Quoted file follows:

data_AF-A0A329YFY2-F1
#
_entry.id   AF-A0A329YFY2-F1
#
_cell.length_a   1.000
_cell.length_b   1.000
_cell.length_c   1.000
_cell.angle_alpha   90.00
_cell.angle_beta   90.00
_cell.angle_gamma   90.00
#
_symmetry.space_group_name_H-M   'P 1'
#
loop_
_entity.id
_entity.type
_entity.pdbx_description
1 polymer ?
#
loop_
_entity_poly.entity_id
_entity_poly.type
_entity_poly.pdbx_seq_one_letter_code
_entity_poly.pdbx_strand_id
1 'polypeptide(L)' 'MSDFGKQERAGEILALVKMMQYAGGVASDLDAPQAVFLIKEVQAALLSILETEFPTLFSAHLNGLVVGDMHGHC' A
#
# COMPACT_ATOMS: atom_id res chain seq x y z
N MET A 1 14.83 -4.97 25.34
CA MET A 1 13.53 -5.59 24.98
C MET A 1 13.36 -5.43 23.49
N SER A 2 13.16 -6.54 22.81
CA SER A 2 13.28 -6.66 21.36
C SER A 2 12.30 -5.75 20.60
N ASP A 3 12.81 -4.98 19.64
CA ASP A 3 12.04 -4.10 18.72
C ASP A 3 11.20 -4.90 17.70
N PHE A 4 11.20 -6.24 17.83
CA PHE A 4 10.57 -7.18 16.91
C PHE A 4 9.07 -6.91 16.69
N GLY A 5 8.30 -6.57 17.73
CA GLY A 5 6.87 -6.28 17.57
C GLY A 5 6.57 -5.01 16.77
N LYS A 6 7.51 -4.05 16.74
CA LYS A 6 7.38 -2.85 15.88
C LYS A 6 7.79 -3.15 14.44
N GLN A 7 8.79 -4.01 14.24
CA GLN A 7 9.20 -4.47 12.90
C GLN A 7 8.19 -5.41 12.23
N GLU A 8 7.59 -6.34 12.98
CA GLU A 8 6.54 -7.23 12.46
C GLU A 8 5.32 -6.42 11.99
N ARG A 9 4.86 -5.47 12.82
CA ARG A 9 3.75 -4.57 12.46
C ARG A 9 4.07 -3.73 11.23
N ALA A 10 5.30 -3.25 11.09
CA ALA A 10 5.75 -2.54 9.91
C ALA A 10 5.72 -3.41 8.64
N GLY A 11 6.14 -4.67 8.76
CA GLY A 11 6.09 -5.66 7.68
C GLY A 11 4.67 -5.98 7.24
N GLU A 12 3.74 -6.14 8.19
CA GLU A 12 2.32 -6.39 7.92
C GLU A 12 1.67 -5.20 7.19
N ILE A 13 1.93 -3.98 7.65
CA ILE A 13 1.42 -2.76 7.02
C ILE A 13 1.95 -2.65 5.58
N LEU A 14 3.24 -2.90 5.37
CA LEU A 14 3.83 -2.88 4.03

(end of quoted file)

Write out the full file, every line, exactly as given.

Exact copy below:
data_AF-A0A329YFY2-F1
#
_entry.id   AF-A0A329YFY2-F1
#
_cell.length_a   1.000
_cell.length_b   1.000
_cell.length_c   1.000
_cell.angle_alpha   90.00
_cell.angle_beta   90.00
_cell.angle_gamma   90.00
#
_symmetry.space_group_name_H-M   'P 1'
#
loop_
_entity.id
_entity.type
_entity.pdbx_description
1 polymer ?
#
loop_
_entity_poly.entity_id
_entity_poly.type
_entity_poly.pdbx_seq_one_letter_code
_entity_poly.pdbx_strand_id
1 'polypeptide(L)' 'MSDFGKQERAGEILALVKMMQYAGGVASDLDAPQAVFLIKEVQAALLSILETEFPTLFSAHLNGLVVGDMHGHC' A
#
# COMPACT_ATOMS: atom_id res chain seq x y z
N MET A 1 14.83 -4.97 25.34
CA MET A 1 13.53 -5.59 24.98
C MET A 1 13.36 -5.43 23.49
N SER A 2 13.16 -6.54 22.81
CA SER A 2 13.28 -6.66 21.36
C SER A 2 12.30 -5.75 20.60
N ASP A 3 12.81 -4.98 19.64
CA ASP A 3 12.04 -4.10 18.72
C ASP A 3 11.20 -4.90 17.70
N PHE A 4 11.20 -6.24 17.83
CA PHE A 4 10.57 -7.18 16.91
C PHE A 4 9.07 -6.91 16.69
N GLY A 5 8.30 -6.57 17.73
CA GLY A 5 6.87 -6.28 17.57
C GLY A 5 6.57 -5.01 16.77
N LYS A 6 7.51 -4.05 16.74
CA LYS A 6 7.38 -2.85 15.88
C LYS A 6 7.79 -3.15 14.44
N GLN A 7 8.79 -4.01 14.24
CA GLN A 7 9.20 -4.47 12.90
C GLN A 7 8.19 -5.41 12.23
N GLU A 8 7.59 -6.34 12.98
CA GLU A 8 6.54 -7.23 12.46
C GLU A 8 5.32 -6.42 11.99
N ARG A 9 4.86 -5.47 12.82
CA ARG A 9 3.75 -4.57 12.46
C ARG A 9 4.07 -3.73 11.23
N ALA A 10 5.30 -3.25 11.09
CA ALA A 10 5.75 -2.54 9.91
C ALA A 10 5.72 -3.41 8.64
N GLY A 11 6.14 -4.67 8.76
CA GLY A 11 6.09 -5.66 7.68
C GLY A 11 4.67 -5.98 7.24
N GLU A 12 3.74 -6.14 8.19
CA GLU A 12 2.32 -6.39 7.92
C GLU A 12 1.67 -5.20 7.19
N ILE A 13 1.93 -3.98 7.65
CA ILE A 13 1.42 -2.76 7.02
C ILE A 13 1.95 -2.65 5.58
N LEU A 14 3.24 -2.90 5.37
CA LEU A 14 3.83 -2.88 4.03